Two trains of vehicles reduced traffic on stretches of Canada's busiest highway Friday morning in Ontario in a show of solidarity with a pipeline protest in British Columbia.
One rolled west from the eastern part of the province while the other began in southwest Ontario and headed east. Both left before dawn and stopped the traffic during the morning rush hour.
A fleet departed from the Mohawk Nation in Akwesasne, about 86 km southeast of Ottawa, and traveled about 50 km / h as it moved toward Belleville, Ont. The people of the Mohawk Territory of Kahnawake, south of Montreal, joined those of Akwesasne.
Provincial police officers formed a bumper around the eight trucks and SUVs and traffic around.
Brandon Bigtree, who was driving one of the vehicles, said the demonstration was to show support for protesters in the Uniston field – the site of a fortified checkpoint preventing people prepared to work on the project of the Coastal GasLink gas pipeline to the Wet & # 39; suwet? en territory in northern BC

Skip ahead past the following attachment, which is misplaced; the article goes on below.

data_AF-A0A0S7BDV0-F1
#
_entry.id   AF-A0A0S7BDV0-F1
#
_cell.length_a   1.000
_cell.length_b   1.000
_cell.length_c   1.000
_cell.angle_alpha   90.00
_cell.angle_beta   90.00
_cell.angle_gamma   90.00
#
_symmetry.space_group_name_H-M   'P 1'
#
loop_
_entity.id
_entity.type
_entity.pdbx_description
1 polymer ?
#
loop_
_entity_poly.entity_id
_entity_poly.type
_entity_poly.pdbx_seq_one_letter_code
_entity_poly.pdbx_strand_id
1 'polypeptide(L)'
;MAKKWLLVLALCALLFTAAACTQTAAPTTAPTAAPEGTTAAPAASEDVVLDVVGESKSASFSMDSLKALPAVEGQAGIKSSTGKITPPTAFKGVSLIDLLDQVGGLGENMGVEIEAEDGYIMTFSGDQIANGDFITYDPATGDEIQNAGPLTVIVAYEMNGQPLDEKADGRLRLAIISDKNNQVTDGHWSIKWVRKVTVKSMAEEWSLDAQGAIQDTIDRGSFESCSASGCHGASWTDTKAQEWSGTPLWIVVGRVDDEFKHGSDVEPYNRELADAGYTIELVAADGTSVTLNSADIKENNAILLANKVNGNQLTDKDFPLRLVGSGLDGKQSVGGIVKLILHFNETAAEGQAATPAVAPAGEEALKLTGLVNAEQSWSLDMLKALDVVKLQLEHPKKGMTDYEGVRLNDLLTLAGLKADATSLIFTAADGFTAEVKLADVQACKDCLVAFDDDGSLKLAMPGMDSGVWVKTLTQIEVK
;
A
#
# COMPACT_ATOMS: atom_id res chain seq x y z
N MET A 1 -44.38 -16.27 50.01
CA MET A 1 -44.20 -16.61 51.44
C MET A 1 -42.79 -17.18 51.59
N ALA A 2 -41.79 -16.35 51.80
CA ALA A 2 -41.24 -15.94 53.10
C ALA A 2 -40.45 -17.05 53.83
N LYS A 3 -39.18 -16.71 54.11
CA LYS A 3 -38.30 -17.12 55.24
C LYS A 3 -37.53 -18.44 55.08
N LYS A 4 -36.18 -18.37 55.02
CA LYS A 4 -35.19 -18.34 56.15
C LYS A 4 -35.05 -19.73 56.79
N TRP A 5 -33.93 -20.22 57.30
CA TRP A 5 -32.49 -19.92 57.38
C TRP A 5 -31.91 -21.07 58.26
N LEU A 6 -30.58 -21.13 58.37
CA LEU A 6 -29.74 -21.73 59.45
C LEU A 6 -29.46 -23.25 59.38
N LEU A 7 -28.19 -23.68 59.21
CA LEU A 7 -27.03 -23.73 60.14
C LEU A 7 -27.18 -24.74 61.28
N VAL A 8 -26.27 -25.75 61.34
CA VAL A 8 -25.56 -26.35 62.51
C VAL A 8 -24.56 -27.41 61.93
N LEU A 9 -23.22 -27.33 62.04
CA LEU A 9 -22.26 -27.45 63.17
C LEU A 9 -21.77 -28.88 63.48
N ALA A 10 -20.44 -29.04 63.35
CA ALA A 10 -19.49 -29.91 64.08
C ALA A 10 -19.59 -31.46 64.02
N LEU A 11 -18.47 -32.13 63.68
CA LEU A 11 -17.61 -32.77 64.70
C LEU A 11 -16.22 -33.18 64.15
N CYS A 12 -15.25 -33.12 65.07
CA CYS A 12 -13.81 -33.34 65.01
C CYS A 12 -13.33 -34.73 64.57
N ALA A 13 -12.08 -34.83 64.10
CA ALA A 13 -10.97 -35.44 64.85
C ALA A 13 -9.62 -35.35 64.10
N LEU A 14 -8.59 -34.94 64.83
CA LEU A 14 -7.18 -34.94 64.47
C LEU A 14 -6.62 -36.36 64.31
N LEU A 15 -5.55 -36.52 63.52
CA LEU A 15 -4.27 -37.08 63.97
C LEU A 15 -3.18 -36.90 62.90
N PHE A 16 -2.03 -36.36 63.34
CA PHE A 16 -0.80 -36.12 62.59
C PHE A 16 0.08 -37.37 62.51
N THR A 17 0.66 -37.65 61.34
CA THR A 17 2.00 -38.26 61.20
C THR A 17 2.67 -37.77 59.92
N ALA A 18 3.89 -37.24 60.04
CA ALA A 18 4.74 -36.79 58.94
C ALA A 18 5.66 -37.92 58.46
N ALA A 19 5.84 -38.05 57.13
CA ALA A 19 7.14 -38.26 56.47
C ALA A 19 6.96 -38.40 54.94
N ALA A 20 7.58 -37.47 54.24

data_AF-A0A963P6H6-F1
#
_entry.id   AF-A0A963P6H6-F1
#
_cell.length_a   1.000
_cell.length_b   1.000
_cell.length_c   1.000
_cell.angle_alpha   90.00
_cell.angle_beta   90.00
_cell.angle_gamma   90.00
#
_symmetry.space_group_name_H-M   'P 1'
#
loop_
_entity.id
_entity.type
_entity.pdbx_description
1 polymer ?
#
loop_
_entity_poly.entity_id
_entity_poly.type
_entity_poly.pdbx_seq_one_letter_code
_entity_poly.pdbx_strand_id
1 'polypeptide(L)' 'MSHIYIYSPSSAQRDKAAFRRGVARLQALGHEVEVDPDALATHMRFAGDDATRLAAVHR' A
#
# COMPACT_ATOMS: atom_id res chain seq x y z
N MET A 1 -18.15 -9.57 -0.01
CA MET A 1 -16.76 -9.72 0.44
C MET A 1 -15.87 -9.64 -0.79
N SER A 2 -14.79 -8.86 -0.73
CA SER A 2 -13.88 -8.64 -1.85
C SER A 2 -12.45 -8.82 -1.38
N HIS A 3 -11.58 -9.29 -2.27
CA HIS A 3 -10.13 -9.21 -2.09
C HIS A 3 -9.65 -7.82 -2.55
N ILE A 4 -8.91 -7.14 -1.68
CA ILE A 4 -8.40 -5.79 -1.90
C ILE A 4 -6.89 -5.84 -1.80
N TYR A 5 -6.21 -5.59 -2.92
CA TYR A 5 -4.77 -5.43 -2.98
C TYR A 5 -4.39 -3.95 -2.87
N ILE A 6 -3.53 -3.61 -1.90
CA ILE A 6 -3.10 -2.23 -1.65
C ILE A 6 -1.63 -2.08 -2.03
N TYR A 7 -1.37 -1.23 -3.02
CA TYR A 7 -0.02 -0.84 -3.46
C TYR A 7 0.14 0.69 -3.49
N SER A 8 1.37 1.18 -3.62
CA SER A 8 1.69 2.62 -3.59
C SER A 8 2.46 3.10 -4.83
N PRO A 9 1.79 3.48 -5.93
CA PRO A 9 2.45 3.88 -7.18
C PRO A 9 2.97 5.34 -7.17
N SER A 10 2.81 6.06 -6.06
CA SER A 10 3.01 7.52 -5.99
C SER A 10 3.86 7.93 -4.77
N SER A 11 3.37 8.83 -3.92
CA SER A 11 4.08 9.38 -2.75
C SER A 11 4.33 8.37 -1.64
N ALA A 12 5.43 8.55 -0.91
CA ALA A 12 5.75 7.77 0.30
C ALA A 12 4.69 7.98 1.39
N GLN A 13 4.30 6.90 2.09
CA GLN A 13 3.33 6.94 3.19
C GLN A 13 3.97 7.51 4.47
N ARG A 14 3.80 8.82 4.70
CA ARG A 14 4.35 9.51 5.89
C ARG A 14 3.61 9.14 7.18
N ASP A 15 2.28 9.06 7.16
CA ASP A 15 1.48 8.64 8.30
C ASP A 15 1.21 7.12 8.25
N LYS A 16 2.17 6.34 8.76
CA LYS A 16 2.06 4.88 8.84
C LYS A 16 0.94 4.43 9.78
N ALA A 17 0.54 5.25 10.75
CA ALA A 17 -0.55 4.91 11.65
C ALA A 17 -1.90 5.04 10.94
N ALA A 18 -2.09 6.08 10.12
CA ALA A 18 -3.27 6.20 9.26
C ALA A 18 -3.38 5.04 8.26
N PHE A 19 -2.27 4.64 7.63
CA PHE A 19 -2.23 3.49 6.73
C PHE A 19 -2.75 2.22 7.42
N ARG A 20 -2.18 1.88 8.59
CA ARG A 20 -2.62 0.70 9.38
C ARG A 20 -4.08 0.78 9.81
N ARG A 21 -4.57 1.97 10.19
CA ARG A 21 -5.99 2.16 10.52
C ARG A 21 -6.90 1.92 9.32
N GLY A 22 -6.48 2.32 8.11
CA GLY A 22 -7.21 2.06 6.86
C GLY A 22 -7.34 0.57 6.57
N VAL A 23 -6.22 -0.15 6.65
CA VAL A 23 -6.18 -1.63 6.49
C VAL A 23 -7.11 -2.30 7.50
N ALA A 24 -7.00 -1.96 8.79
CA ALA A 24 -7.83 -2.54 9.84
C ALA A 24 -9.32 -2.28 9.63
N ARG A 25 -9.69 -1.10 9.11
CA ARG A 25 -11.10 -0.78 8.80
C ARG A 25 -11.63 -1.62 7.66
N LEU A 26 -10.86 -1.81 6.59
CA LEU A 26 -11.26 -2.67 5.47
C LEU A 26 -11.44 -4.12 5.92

Watch the roadblock rolling along Highway 401 in eastern Ontario
Wet-suwet & # 39; s and the police agreed to allow the company to have access to pre-construction work, as specified in a provisional injunction for the time being, after arrests on Monday.
"We are strong with our brothers and sisters in the west. What is happening is not right," Bigtree said.
He said that indigenous communities across Canada feel that the federal government and provinces are failing.
"We just have to leave [the federal government] we know that we are all united. "
Those on the Mohawk Nation at Akwesasne train are also trying to raise awareness about local governance issues. Some in the community are frustrated with how the elected band's council has handled negotiations over a 130-year-old land claim along the banks of the St. Lawrence River. They are arguing that the nation's hereditary leadership plays a greater role in the process.
The train hopes to reach the Mohawk Territory of Tyendinaga today.
Meanwhile, the second train left the London area of Ontario before dawn to slow down 401 highway traffic in southwestern Ontario.
The people of Oneida Nation of the Thames and Chippewa of the First Nation of the Thames were walking in the dozen vehicles that made up the caravan. The action caused considerable deceleration for the passengers.
"We are making this blockade as a peaceful reminder to Canadians that First Nation people have rights to the land," said Brandon Doxtator, who was in one of the vehicles.
Oneida's train was heading for the Six Nations Nation of the Great River, south of Brantford, Ontario, where a demonstration was planned for later on Friday.